Sky News presenter Peter Stefanovic and his wife, Sylvia Jeffreys, dumped their Double Bay mansion just days after he complained about the property market in Sydney’s eastern suburbs.
Peter, 41, and his Today Extra host wife, 37, put the four-bedroom terrace up for sale in July and were preparing for an August 22 auction conducted through Oliver Lavers of The Rubinstein Group.
However, according to The Sunday TelegraphKeen buyers sealed the deal Friday for an undisclosed sum, exceeding the couple’s expectations of $4.5 million.
Lavers had hinted throughout the week to both keen buyers and his increasingly persistent buying agents that offers were already pouring in that were well over the $5 million mark.
The couple bought the two-story property for $2.7 million in 2016.
Sky News presenter Peter Stefanovic, 41 (left) and his wife Sylvia Jeffreys, 37, (right) dumped their Double Bay mansion just days after he complained about the US property market. Sydney’s eastern suburbs.
The chic four-bedroom, two-bathroom terrace (pictured) had initially been scheduled for auction on August 22, conducted through Oliver Lavers of The Rubinstein Group.
It is understood that the journalists want a bigger house with space for their family, including their two young children.
News of the sale comes just days after Peter, the brother of Today presenter Karl Stefanovic, voiced complaints about the brutal property market in Sydney’s eastern suburbs amid the cost-of-living crisis.
Speaking on his show The First Edition, Peter lamented that his search for a new home in Sydney’s upscale eastern suburbs was being affected by rising costs.
Speaking to Yellow Brick Road Home Loans chief executive Mark Burris, Peter said that “property, especially in the eastern suburbs” was becoming very expensive.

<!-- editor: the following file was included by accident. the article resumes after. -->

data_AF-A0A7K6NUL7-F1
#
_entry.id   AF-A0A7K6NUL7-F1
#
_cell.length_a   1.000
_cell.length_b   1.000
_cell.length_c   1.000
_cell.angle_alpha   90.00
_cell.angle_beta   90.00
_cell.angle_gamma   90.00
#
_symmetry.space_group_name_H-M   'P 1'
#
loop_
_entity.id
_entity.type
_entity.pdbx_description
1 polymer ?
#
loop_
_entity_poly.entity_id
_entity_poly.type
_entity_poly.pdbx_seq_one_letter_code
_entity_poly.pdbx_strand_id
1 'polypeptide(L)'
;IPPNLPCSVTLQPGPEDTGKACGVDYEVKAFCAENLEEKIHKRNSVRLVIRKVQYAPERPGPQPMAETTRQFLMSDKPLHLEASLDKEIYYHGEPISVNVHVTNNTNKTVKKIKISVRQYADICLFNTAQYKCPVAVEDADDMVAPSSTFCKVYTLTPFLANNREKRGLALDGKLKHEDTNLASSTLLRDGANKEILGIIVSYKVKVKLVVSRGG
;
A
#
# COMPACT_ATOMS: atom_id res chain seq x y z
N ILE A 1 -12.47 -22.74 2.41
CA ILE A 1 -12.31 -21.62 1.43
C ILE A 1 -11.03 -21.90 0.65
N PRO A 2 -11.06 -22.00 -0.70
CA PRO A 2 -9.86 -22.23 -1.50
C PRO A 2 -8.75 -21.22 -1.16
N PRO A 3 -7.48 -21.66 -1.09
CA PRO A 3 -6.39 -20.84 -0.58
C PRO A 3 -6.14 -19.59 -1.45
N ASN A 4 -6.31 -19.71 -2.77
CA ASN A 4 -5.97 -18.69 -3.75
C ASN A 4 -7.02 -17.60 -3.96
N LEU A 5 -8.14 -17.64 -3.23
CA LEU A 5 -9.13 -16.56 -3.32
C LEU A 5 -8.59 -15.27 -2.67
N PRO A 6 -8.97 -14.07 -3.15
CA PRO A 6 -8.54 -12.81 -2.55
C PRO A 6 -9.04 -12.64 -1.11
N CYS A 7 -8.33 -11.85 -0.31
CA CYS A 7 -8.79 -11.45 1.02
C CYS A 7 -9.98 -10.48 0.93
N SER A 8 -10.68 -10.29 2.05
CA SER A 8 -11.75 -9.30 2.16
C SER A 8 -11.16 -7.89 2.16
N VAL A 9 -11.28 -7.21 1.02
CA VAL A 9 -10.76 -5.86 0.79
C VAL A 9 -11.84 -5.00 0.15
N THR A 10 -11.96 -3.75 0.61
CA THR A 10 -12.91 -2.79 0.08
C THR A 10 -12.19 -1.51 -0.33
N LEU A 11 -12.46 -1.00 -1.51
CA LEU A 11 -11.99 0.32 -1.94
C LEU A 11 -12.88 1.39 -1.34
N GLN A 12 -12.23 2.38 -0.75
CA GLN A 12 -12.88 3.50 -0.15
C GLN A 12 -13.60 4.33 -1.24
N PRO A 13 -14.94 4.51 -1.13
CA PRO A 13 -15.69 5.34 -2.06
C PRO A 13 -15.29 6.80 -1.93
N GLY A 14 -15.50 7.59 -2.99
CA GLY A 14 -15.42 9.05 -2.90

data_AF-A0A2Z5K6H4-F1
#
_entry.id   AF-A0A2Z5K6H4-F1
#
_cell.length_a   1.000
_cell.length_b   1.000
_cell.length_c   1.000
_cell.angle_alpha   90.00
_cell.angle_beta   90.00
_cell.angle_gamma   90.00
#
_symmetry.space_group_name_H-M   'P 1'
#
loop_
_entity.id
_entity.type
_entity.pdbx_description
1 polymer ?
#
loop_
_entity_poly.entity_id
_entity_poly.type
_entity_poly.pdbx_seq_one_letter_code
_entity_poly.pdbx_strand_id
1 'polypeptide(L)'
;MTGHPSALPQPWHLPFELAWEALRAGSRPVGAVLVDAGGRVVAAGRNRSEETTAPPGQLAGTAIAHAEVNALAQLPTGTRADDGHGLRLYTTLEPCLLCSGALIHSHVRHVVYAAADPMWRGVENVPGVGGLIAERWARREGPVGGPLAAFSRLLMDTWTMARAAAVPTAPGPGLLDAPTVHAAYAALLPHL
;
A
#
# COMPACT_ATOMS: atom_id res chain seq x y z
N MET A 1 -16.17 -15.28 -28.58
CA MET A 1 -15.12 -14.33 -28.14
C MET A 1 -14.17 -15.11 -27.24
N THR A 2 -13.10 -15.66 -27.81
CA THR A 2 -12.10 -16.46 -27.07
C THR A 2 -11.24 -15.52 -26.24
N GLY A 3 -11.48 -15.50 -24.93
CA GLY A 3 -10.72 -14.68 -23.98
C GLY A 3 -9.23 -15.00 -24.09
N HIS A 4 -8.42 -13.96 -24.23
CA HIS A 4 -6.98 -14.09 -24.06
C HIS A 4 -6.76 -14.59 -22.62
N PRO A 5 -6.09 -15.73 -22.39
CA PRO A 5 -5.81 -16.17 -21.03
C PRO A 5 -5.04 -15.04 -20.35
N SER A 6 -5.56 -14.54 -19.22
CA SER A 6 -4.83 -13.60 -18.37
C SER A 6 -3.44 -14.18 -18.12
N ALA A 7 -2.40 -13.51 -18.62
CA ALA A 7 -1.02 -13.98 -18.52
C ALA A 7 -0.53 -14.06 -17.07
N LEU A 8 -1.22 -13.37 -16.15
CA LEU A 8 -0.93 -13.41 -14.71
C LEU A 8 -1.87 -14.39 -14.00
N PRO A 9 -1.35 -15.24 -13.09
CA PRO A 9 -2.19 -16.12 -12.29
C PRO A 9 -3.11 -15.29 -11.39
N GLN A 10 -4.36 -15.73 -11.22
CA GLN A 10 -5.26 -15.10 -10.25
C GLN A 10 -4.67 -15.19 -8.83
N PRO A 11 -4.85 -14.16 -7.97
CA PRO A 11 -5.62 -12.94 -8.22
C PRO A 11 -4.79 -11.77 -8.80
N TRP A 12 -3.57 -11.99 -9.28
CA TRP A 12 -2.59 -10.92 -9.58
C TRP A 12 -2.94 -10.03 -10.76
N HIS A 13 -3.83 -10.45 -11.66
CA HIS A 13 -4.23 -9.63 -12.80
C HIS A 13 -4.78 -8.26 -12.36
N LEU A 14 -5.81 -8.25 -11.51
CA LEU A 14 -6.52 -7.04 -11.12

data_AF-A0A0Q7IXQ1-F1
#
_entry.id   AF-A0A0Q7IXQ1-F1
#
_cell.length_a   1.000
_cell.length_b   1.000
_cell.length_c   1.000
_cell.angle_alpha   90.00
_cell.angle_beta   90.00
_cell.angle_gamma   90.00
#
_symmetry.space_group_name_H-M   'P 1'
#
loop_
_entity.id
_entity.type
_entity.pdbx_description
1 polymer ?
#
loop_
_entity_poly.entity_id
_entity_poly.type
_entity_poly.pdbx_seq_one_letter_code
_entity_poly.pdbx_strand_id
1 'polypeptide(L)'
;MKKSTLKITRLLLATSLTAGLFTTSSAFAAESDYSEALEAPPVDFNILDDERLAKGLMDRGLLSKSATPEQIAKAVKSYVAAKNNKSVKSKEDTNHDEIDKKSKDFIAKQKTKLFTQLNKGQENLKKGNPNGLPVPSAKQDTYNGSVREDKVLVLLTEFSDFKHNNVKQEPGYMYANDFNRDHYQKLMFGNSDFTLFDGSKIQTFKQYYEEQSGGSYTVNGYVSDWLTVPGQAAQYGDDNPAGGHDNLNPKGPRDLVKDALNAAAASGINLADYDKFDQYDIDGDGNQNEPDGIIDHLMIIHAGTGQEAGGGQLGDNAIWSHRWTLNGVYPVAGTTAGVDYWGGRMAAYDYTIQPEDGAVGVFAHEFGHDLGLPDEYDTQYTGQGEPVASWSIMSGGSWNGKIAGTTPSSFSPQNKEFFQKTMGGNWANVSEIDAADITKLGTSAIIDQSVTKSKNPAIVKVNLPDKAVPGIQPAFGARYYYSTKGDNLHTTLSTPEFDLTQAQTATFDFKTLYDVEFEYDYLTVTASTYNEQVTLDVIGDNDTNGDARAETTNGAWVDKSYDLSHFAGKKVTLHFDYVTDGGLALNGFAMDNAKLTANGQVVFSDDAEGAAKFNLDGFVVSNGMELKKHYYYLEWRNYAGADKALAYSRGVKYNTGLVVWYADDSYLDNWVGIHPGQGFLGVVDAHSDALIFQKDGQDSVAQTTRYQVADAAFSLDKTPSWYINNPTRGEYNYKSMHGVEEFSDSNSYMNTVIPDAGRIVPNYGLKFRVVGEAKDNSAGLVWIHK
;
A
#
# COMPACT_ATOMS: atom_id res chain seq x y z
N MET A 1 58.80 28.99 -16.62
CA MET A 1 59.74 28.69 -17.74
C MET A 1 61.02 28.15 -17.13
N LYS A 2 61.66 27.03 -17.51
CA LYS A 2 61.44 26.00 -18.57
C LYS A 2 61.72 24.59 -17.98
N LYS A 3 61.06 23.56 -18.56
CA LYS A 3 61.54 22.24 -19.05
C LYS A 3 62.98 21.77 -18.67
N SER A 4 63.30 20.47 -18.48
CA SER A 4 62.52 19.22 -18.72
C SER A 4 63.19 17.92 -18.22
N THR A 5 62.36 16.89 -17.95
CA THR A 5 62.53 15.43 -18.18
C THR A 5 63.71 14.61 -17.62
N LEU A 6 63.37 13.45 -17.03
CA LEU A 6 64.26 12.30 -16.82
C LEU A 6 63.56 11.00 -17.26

‘Data from PropTrack and CoreLogic show that the pace of property price growth is slowing. Are you buying this? he said.
“Because I’m still seeing a lot of properties, more so in the eastern suburbs, although that might not surprise you, that are still selling,” he continued.
Earlier, in the commentary focused on eastern Sydney, Stefanovic asked Mark to provide input on Meriton boss Harry Triguboff’s suggestion to build apartments in Little Bay, about 10km from his Double Bay home.
News of the sale comes just days after Peter, brother of Today presenter Karl Stefanovic, voiced complaints about the brutal property market in Sydney’s eastern suburbs amid the cost of living crisis =
‘Because he says, you know it’s dilapidated, there’s a lot of space there, there’s the prison (Long Bay Correctional Complex), et cetera.’
“But it’s being turned away, because some locals don’t want to receive it. But is that an example of an idea that could well be implemented (to increase the supply of housing in Sydney)?’
Bouris agreed with the suggestion, however, noting that many developers may not be willing to invest in such a proposal due to the red tape involved in getting government approval.
It comes as median home values in Sydney rose another one percent to an even more unaffordable $1,333,985 in July, CoreLogic data showed.
He complained about rising costs in his posh neighborhood after listing his $4.25 million Double Bay home (pictured).
Property has become so expensive that the average full-time worker on $94,000 a year would have a hard time paying off a $1 million loan.
Singles who earn that much owe the bank 11 times their salary with a 20 percent mortgage deposit.
In the eastern suburbs, Bondi prices are well above $4 million, rising to $8 million in the port of Vaucluse, CoreLogic data shows.
This puts housing out of reach for even a dual-income couple, with households in these beachside ZIP codes typically earning more than $200,000 a year, tax office figures show.
An elite professional would need to earn $377,553 to pay for a $2.84 million house and avoid mortgage stress, where someone owes the bank six times or more of what they earn.
The couple bought their two-story luxury residence for $2.7 million in 2016.